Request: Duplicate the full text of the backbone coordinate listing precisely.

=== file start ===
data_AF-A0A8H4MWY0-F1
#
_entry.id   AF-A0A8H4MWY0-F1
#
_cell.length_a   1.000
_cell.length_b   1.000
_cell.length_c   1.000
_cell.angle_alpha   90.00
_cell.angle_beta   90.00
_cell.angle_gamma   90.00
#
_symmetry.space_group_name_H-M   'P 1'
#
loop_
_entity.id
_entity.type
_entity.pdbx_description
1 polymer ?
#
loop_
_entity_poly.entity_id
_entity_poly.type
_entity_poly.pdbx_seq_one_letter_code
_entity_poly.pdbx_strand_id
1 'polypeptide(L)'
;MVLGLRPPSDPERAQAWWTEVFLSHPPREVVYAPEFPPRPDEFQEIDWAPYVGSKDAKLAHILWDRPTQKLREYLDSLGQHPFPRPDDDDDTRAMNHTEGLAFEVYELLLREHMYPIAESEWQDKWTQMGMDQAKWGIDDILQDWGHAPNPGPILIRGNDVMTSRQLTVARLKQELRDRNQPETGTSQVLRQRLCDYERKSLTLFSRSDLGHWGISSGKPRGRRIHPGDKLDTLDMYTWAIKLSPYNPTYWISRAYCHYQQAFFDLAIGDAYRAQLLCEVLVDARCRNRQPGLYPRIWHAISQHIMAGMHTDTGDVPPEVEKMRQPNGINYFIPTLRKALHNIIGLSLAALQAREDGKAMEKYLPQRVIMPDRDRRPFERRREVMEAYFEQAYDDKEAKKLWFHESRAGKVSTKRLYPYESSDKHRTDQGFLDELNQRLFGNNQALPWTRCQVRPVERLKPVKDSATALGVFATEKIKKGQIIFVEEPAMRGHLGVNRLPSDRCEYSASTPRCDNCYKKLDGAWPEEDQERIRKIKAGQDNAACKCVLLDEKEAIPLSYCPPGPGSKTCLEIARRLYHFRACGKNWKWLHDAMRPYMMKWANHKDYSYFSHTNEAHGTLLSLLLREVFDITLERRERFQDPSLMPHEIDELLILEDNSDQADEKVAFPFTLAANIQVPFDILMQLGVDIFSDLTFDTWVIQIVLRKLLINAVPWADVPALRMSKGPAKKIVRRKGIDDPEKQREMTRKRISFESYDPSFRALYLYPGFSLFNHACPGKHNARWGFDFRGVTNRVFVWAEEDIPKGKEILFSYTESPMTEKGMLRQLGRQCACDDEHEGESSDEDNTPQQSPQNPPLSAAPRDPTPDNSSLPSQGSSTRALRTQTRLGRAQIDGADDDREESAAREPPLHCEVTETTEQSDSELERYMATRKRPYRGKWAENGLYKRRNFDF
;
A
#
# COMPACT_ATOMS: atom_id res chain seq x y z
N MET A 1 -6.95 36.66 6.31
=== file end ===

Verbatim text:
data_AF-A0A8H4MWY0-F1
#
_entry.id   AF-A0A8H4MWY0-F1
#
_cell.length_a   1.000
_cell.length_b   1.000
_cell.length_c   1.000
_cell.angle_alpha   90.00
_cell.angle_beta   90.00
_cell.angle_gamma   90.00
#
_symmetry.space_group_name_H-M   'P 1'
#
loop_
_entity.id
_entity.type
_entity.pdbx_description
1 polymer ?
#
loop_
_entity_poly.entity_id
_entity_poly.type
_entity_poly.pdbx_seq_one_letter_code
_entity_poly.pdbx_strand_id
1 'polypeptide(L)'
;MVLGLRPPSDPERAQAWWTEVFLSHPPREVVYAPEFPPRPDEFQEIDWAPYVGSKDAKLAHILWDRPTQKLREYLDSLGQHPFPRPDDDDDTRAMNHTEGLAFEVYELLLREHMYPIAESEWQDKWTQMGMDQAKWGIDDILQDWGHAPNPGPILIRGNDVMTSRQLTVARLKQELRDRNQPETGTSQVLRQRLCDYERKSLTLFSRSDLGHWGISSGKPRGRRIHPGDKLDTLDMYTWAIKLSPYNPTYWISRAYCHYQQAFFDLAIGDAYRAQLLCEVLVDARCRNRQPGLYPRIWHAISQHIMAGMHTDTGDVPPEVEKMRQPNGINYFIPTLRKALHNIIGLSLAALQAREDGKAMEKYLPQRVIMPDRDRRPFERRREVMEAYFEQAYDDKEAKKLWFHESRAGKVSTKRLYPYESSDKHRTDQGFLDELNQRLFGNNQALPWTRCQVRPVERLKPVKDSATALGVFATEKIKKGQIIFVEEPAMRGHLGVNRLPSDRCEYSASTPRCDNCYKKLDGAWPEEDQERIRKIKAGQDNAACKCVLLDEKEAIPLSYCPPGPGSKTCLEIARRLYHFRACGKNWKWLHDAMRPYMMKWANHKDYSYFSHTNEAHGTLLSLLLREVFDITLERRERFQDPSLMPHEIDELLILEDNSDQADEKVAFPFTLAANIQVPFDILMQLGVDIFSDLTFDTWVIQIVLRKLLINAVPWADVPALRMSKGPAKKIVRRKGIDDPEKQREMTRKRISFESYDPSFRALYLYPGFSLFNHACPGKHNARWGFDFRGVTNRVFVWAEEDIPKGKEILFSYTESPMTEKGMLRQLGRQCACDDEHEGESSDEDNTPQQSPQNPPLSAAPRDPTPDNSSLPSQGSSTRALRTQTRLGRAQIDGADDDREESAAREPPLHCEVTETTEQSDSELERYMATRKRPYRGKWAENGLYKRRNFDF
;
A
#
# COMPACT_ATOMS: atom_id res chain seq x y z
N MET A 1 -6.95 36.66 6.31